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How movement, mindfulness, and time outside help me manage my mental health

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Ginger shares how she combines mindfulness, movement, and time outdoors to manage her mental health and wellbeing.

– Ginger Abbot

Just like my journey to health and
wellness is unique to me, everyone has their own journey that they can follow
towards leading a more mindful, healthy, and fulfilling life.

For me, mindfulness, movement, and time
outdoors have been critical pieces of my wellness practice. Not only that —
they’re habits that have improved my life for the better, which I plan to keep
pursuing for years to come. While everyone is different and the mindfulness
practices that work for me might not always work for others, I’m grateful for
my ability to share my journey.

When I began my wellness journey, there
was so much I didn’t know. And while I still have a lot to learn, picking up my
three key habits has been a transformative experience. Whether I’m on the ball
with my wellness game or I have a lazy day, the positive impact of my
commitment to wellness is able to carry me through. Here are some of the ways
that I implement healthy habits for mental health, and how mindfulness helps
manage mental health in my world
.

1. Mindfulness, little by little

Mindfulness is defined as the practice
of
remaining grounded in the present moment by using the sensations,
sounds, and visual elements around you.
 

When I first started out with
mindfulness, this was a sort of daunting idea, so instead of trying to engage
in mindfulness constantly, I found little moments that could serve as venues
for my mindfulness. Over time, it grew bigger and bigger, as habits often do.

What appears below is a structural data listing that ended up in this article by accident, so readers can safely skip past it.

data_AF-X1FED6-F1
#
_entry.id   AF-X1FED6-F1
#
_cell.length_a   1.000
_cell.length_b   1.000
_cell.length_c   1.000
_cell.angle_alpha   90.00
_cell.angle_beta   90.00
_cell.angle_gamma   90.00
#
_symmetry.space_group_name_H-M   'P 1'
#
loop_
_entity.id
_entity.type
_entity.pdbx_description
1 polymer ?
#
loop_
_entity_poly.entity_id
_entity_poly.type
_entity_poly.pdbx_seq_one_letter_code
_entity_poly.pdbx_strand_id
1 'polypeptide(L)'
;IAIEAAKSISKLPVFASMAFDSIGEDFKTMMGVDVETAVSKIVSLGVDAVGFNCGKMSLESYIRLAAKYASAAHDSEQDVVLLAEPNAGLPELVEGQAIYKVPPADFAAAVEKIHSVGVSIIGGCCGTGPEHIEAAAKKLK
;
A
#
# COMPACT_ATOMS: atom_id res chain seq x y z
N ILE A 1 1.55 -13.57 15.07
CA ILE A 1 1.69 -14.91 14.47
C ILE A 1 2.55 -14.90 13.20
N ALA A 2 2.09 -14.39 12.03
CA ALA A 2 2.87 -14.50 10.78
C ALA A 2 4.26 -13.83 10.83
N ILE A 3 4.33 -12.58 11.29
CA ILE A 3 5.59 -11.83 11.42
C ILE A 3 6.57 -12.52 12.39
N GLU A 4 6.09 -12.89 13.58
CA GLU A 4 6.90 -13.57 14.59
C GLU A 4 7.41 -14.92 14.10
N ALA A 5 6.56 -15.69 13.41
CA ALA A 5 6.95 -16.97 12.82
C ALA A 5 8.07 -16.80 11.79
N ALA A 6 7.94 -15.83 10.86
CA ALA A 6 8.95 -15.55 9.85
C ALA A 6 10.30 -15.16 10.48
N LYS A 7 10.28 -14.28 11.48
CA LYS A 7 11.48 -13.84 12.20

2. Finding activities I love

Everybody pretty much knows about the
benefits of exercise for mental health — releasing endorphins, improving your
mood, and fostering the connection between the mind and body.

However, sometimes exercise can feel
like a drag. It’s okay to admit that working out takes effort. If it didn’t,
I’d probably be doing it wrong. The key for me that actually helps me stick to
it is finding activities that I truly enjoy doing. I don’t love hitting the
gym, but I do love taking walks outside, doing yoga, and riding my bike. These
are activities that I find easy to return to again and again.

3. Getting outside once a day

This one will likely come as no surprise,
as I’ve been vocal about how time outside improves mental health. I can’t
always explain it logically, but going outside often makes me feel better, even
when I’m having a particularly bad day.

Research shows that
spending as little as
10 minutes a day in green spaces can improve mood and
reduce stress. While I enjoy getting outside for longer than that, sometimes a
little bit is all I need.

4. Fostering the mind-body connection

One of the biggest parts of improving
my mental health with wellness practices has been fostering and
recognising the connection between my mind and my body.

Before I had a strong handle on the
direct impact of wellness practices on my health, it was sometimes hard to
stick to them. But when I make a point to notice the way mindfulness meditation
makes me feel in my body or the mental payoff of a great workout, it’s much
more motivating to stick to my practices.

5. Combining my practices


My biggest and most helpful tip for
using mindfulness, movement, and outdoor time to manage my mental health is
combining my practices. Often, I get into a wellness headspace when I want to
accomplish some of these tasks for the day, and doing them at once can often
give me all the benefits I need without the possibility of stopping and not
returning to my wellness.

I love to practice yoga, which combines
mindfulness and movement into one. I love to work out in nature or practice mindfulness walking meditations when I want to have a more active
mindfulness practice. Often, this can be the push I need to get on a bit of a
roll.

6. Movement, mindfulness, and nature

While my mental health won’t be the
same as anybody else’s, I still believe that these habits can enact some
positive change in anyone who is open to it. What are some of your favourite
wellness practices?

Find out more about what you can do to improve your
wellbeing on Student Space.

Ginger Abbot is a student life and education
writer who is currently enrolled in graduate school part-time. She also serves
as Editor-in-Chief for the online learning magazine Classrooms.

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